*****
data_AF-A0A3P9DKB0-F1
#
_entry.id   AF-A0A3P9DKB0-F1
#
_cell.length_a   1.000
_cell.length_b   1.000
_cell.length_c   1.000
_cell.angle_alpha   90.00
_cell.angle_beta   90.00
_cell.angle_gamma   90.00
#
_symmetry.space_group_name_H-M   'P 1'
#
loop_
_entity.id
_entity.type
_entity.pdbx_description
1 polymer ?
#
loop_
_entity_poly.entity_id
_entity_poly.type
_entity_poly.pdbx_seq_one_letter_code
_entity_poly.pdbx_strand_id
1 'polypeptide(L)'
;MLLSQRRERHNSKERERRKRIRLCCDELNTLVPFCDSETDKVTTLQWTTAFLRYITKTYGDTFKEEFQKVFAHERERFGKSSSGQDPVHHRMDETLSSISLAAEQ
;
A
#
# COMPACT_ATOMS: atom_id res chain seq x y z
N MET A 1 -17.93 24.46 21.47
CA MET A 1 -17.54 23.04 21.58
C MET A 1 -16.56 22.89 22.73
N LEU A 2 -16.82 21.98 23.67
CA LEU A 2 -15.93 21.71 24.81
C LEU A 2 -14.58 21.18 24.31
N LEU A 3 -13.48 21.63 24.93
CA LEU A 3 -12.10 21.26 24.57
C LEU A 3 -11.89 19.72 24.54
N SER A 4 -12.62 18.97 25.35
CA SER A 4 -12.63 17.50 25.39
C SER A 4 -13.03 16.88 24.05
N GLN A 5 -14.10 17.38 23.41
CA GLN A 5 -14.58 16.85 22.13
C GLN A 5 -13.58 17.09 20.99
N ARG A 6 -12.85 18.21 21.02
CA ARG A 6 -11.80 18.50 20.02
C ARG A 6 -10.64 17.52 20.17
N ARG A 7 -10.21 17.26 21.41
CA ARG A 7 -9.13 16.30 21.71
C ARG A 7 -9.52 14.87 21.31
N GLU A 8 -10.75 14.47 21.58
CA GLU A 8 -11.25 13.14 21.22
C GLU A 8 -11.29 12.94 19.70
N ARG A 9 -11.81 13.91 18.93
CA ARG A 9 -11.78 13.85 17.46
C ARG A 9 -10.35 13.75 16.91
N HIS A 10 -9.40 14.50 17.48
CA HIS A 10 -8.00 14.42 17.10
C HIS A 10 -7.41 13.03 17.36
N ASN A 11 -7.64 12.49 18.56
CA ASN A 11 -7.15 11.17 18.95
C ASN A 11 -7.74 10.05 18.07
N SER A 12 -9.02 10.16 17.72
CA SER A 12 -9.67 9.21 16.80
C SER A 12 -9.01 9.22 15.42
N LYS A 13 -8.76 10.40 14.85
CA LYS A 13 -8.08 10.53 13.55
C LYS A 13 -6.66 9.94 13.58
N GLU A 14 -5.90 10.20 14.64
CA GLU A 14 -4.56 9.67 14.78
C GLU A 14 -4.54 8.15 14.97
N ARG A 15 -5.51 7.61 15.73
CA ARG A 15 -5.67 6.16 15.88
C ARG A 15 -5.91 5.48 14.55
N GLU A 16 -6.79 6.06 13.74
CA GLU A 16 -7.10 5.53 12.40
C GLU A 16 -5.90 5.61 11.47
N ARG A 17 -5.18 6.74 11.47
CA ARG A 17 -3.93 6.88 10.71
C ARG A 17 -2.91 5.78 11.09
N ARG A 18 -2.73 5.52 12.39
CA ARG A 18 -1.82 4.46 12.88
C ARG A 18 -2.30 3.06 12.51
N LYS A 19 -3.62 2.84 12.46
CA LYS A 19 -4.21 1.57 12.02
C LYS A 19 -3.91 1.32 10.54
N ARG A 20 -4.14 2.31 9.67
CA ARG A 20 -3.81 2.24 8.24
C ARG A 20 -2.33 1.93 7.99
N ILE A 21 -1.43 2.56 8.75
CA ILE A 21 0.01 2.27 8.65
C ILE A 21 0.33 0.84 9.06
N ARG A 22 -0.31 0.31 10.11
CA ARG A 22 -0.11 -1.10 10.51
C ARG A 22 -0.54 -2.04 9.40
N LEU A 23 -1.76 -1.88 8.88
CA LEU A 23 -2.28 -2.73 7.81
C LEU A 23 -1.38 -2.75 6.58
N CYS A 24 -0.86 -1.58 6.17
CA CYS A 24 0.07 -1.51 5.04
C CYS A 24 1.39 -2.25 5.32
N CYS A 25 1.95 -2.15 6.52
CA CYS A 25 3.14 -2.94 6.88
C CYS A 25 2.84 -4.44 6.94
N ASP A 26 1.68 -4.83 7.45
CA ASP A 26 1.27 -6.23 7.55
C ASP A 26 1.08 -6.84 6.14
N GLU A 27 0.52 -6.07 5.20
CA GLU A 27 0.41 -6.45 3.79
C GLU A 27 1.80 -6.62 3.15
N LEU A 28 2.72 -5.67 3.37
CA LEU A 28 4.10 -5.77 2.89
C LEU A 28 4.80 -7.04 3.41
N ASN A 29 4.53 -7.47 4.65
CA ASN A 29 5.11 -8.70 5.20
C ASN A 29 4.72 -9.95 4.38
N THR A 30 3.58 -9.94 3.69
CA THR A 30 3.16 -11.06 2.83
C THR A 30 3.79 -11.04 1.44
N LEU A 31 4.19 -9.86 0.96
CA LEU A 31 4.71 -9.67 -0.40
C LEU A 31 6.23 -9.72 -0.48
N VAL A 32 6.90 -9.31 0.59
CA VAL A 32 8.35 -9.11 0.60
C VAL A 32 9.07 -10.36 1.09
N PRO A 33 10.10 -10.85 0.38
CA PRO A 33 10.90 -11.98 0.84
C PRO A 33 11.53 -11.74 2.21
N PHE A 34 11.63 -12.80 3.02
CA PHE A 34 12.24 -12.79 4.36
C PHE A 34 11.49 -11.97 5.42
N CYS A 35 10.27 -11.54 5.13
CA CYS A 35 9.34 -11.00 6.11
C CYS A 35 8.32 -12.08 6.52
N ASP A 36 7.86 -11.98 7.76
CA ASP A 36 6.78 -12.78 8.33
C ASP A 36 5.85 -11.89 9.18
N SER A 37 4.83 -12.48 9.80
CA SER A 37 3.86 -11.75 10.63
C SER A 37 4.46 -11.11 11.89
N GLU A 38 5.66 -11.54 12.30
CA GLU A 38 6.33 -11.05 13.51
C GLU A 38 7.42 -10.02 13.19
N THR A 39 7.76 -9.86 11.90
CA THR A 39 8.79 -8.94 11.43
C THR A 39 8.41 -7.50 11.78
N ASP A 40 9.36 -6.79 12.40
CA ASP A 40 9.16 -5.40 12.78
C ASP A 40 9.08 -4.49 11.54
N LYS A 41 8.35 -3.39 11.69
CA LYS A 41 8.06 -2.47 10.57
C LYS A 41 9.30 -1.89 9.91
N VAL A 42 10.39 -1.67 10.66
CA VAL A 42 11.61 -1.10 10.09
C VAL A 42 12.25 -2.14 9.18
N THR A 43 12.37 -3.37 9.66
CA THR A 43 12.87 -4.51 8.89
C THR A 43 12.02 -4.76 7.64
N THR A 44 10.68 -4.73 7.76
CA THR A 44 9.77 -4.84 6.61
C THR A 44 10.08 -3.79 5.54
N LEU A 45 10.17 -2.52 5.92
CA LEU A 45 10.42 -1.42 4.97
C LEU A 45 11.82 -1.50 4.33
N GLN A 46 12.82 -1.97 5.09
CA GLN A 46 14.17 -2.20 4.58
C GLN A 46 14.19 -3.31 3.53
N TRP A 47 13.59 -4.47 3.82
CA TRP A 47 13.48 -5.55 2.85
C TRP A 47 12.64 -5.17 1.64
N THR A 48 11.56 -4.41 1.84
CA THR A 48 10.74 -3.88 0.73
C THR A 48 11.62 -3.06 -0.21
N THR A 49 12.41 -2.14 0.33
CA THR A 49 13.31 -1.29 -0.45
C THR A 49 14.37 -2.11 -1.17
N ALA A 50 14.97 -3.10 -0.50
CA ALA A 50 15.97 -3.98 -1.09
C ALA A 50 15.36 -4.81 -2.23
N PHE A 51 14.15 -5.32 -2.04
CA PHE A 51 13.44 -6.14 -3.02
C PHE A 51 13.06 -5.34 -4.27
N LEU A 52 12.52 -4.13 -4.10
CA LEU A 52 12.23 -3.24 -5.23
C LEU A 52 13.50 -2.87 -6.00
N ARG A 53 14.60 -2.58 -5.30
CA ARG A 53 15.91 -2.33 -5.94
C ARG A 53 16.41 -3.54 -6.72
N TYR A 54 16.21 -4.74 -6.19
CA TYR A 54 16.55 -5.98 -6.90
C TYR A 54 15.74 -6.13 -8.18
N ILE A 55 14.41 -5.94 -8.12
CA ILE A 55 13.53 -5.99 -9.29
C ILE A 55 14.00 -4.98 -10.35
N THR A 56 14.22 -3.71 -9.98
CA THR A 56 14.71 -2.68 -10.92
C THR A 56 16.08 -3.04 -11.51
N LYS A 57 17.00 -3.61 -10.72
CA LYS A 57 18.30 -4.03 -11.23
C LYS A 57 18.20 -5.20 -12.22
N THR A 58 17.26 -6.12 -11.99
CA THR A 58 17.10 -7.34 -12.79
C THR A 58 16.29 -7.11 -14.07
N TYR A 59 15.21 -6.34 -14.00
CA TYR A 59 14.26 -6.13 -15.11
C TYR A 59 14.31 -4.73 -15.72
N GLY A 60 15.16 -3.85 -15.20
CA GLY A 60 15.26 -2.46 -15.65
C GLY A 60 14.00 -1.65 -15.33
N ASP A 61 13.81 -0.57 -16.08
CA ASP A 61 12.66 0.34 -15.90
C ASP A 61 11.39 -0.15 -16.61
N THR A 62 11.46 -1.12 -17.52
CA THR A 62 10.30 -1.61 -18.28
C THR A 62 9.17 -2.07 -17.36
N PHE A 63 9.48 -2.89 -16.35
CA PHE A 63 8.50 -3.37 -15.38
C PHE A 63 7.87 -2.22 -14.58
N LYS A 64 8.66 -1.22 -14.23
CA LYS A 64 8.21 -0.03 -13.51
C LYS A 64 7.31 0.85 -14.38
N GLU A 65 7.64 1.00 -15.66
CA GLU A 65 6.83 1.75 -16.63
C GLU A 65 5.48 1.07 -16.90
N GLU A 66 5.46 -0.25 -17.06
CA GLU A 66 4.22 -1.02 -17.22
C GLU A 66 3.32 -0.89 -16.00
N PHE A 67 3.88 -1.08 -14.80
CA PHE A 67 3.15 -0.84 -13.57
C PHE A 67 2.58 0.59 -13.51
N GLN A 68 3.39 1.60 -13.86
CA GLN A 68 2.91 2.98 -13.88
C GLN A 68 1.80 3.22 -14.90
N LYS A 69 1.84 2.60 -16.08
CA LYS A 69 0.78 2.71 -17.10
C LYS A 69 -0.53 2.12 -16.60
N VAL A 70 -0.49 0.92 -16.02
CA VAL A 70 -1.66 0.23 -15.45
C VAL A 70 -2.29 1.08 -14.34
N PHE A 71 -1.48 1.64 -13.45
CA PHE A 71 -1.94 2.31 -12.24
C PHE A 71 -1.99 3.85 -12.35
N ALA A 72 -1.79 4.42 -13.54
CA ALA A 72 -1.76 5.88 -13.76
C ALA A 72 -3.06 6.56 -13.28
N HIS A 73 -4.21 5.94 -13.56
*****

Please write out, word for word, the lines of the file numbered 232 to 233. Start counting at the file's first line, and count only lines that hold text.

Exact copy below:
N GLN A 68 3.39 1.60 -13.86
CA GLN A 68 2.91 2.98 -13.88